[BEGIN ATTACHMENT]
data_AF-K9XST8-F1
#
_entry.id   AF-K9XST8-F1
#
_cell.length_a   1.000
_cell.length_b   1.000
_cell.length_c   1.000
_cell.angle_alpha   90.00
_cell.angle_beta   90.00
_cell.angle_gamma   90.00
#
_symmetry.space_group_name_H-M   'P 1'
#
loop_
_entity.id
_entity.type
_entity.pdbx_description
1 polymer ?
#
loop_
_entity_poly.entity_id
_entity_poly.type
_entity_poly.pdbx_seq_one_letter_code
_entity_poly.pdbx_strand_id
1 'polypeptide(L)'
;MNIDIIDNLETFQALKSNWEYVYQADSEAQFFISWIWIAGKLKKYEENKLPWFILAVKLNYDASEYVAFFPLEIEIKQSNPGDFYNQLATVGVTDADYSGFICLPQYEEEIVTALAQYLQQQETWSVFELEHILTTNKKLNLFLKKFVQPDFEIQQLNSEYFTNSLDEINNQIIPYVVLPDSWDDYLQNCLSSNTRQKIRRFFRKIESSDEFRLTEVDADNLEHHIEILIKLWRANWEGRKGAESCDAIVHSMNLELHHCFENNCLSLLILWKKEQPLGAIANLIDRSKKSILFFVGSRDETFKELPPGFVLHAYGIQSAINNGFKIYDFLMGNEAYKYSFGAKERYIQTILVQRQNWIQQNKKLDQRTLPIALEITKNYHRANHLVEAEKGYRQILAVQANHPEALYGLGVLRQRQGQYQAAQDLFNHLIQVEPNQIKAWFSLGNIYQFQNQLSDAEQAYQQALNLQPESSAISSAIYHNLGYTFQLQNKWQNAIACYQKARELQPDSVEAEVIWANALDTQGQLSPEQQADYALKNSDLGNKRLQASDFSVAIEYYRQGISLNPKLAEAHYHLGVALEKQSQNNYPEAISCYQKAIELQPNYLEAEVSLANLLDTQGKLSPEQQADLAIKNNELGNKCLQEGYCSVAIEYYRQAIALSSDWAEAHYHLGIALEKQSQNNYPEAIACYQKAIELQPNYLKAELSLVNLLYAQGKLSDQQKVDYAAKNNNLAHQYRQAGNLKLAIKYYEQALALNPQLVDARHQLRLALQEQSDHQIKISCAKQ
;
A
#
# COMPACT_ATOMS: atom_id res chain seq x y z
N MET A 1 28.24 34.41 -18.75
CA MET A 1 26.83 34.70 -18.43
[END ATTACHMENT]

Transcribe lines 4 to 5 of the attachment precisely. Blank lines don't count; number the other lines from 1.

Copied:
#
_cell.length_a   1.000